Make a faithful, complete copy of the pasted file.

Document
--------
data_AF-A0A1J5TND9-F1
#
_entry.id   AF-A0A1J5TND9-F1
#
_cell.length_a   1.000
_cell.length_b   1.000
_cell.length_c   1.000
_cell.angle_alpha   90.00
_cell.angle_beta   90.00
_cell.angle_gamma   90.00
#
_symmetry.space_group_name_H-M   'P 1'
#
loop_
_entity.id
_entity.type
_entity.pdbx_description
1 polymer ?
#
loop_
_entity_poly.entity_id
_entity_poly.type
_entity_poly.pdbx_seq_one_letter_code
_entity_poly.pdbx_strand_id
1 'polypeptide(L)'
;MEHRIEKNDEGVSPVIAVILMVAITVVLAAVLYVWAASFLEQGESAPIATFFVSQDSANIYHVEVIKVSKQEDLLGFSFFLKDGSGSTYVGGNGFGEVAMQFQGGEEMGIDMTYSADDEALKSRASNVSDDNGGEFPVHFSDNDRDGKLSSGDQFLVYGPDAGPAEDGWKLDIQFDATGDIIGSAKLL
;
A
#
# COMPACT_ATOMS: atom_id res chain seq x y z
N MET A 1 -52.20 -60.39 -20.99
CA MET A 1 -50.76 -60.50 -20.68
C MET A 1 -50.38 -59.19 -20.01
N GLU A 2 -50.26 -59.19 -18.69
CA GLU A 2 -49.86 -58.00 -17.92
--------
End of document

data_AF-A0A1J5TND9-F1
#
_entry.id   AF-A0A1J5TND9-F1
#
_cell.length_a   1.000
_cell.length_b   1.000
_cell.length_c   1.000
_cell.angle_alpha   90.00
_cell.angle_beta   90.00
_cell.angle_gamma   90.00
#
_symmetry.space_group_name_H-M   'P 1'
#
loop_
_entity.id
_entity.type
_entity.pdbx_description
1 polymer ?
#
loop_
_entity_poly.entity_id
_entity_poly.type
_entity_poly.pdbx_seq_one_letter_code
_entity_poly.pdbx_strand_id
1 'polypeptide(L)'
;MEHRIEKNDEGVSPVIAVILMVAITVVLAAVLYVWAASFLEQGESAPIATFFVSQDSANIYHVEVIKVSKQEDLLGFSFFLKDGSGSTYVGGNGFGEVAMQFQGGEEMGIDMTYSADDEALKSRASNVSDDNGGEFPVHFSDNDRDGKLSSGDQFLVYGPDAGPAEDGWKLDIQFDATGDIIGSAKLL
;
A
#
# COMPACT_ATOMS: atom_id res chain seq x y z
N MET A 1 -52.20 -60.39 -20.99
CA MET A 1 -50.76 -60.50 -20.68
C MET A 1 -50.38 -59.19 -20.01
N GLU A 2 -50.26 -59.19 -18.69
CA GLU A 2 -49.86 -58.00 -17.92